Slobodan Milošević facts for kids
Quick facts for kids
Milošević in 1988
|3rd President of the Federal Republic of Yugoslavia|
23 July 1997 – 7 October 2000
|Preceded by||Srđa Božović (acting)|
|Succeeded by||Vojislav Koštunica|
|President of Serbia|
11 January 1991 – 23 July 1997
|Preceded by||Position established|
|Succeeded by||Dragan Tomić (acting)|
|7th President of the Presidency of the Socialist Republic of Serbia|
8 May 1989 – 11 January 1991
|Preceded by||Ljubiša Igić (acting)|
|Succeeded by||Position abolished|
|11th President of the League of Communists of Serbia|
28 May 1986 – 8 May 1989
|Preceded by||Ivan Stambolić|
|Succeeded by||Bogdan Trifunović|
20 August 1941|
Požarevac, German-occupied Serbia
|Died||11 March 2006
The Hague, Netherlands
|Resting place||Požarevac, Serbia|
|Nationality||Yugoslav (until 2003)|
|Children||2, including Marko|
|Alma mater||University of Belgrade Faculty of Law|
|a. Became "President of the Presidency" of the Socialist Republic of Serbia (a constituent country of SFR Yugoslavia) on 8 May 1989. He was elected President of Serbia (still part of SFR Yugoslavia) at the first Presidential election in December 1990. After SFR Yugoslavia collapsed in March 1992, he continued as the President of the Republic of Serbia as a constituent of the newly formed FR Yugoslavia.|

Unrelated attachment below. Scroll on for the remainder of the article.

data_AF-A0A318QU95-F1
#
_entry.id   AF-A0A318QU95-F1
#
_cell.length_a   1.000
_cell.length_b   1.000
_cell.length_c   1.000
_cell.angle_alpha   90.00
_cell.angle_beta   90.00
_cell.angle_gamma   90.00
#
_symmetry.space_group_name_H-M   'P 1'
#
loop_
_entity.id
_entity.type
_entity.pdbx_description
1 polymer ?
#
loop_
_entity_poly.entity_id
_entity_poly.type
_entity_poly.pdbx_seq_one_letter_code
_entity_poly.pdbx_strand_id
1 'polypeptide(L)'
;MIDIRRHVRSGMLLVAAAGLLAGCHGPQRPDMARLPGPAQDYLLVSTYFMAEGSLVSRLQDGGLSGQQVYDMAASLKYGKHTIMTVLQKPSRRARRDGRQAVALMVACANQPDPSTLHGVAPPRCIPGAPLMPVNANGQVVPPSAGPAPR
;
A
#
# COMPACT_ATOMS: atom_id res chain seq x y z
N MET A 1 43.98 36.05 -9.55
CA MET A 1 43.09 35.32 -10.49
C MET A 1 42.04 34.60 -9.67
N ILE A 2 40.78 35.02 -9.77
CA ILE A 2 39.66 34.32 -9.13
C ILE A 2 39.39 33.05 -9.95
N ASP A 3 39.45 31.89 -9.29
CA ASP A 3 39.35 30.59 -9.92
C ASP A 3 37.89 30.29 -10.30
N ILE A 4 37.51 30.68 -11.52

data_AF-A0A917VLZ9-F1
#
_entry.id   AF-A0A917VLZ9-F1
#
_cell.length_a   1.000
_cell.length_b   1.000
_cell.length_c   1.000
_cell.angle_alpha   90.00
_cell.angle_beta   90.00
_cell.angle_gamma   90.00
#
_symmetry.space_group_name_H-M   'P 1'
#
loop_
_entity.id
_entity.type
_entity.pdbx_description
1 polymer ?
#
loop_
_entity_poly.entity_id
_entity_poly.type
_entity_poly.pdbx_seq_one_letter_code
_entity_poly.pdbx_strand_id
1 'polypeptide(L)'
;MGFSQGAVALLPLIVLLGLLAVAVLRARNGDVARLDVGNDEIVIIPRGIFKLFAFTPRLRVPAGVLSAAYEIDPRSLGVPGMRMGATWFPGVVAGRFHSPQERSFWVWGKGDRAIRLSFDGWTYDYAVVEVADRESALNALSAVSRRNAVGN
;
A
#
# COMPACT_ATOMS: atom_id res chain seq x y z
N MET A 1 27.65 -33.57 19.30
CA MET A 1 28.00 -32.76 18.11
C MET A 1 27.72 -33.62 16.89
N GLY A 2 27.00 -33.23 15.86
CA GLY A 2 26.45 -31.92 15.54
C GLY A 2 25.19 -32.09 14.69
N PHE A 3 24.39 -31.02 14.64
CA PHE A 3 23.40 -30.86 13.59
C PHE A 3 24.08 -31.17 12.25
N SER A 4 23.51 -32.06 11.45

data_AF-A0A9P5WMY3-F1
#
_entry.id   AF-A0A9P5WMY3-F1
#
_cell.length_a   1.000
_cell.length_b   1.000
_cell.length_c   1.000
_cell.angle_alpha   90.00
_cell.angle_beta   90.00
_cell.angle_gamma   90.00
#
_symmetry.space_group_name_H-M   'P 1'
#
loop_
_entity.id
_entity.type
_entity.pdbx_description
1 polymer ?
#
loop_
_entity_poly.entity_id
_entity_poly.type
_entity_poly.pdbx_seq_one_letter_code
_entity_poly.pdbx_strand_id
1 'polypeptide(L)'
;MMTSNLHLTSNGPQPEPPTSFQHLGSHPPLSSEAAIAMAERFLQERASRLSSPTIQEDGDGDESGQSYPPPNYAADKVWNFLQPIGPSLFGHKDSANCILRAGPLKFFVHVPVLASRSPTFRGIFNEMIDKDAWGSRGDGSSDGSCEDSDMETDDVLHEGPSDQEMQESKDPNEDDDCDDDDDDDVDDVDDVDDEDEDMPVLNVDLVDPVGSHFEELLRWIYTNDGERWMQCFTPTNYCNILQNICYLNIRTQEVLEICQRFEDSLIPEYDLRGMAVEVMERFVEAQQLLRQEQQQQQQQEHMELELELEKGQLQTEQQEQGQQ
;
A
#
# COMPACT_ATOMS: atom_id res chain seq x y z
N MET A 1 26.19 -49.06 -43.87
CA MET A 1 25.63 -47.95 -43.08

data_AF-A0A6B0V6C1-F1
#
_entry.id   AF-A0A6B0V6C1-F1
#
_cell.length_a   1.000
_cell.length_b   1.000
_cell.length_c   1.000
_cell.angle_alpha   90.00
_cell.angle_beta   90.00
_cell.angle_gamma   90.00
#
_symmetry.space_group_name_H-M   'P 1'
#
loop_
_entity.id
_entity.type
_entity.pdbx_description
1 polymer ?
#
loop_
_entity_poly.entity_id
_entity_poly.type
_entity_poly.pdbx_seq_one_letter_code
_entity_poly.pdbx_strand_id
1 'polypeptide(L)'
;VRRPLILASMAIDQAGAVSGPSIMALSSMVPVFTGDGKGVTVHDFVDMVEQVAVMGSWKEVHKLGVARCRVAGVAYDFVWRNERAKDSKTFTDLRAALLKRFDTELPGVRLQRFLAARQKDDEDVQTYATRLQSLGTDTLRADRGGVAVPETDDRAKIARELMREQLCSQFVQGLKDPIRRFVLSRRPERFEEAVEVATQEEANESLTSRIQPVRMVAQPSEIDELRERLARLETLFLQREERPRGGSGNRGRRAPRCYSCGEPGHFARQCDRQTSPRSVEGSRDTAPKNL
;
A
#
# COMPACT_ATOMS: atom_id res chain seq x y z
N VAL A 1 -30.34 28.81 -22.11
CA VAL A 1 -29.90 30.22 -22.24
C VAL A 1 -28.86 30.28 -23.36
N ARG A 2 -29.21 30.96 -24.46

Slobodan Milošević (Serbo-Croatian Cyrillic: Слободан Милошевић, pronounced Script error: No such module "IPA".; 20 August 1941 – 11 March 2006) was a Serbian politician. He was the president of Serbia and president of the Federal Republic of Yugoslavia from 1997 to 2000. Milošević pursued Serbian nationalist policies that contributed to the breakup of the socialist Yugoslav federation and embroiled Serbia in a series of conflicts with the successor Balkan states.
Milošević was considered responsible for some of the atrocities of the Bosnian Genocide. He died in 2006 while on trial for war crimes at the International Criminal Tribunal for the former Yugoslavia in The Hague.
Early life and education
Milošević was born in Požarevac, four months after the Axis invasion of the Kingdom of Yugoslavia, and raised during the Axis occupation of World War II. He had an older brother Borislav who would later become a diplomat. His parents separated in the aftermath of the war.
He studied law at the University of Belgrade Faculty of Law and joined the League of Socialist Youth of Yugoslavia as a student.
In 1960, Milošević was a law student at the University of Belgrade. He was an excellent student who was active in the university section.
In 1968, Milošević began a career in business administration, eventually becoming head of the state-owned gas company Tehnogas and president of a major Belgrade bank, Beobanka.
In 1987, Milošević used the Kosovo issue to gain a public image as a defender of Serbs at a mass Serb rally in Kosovo Polje.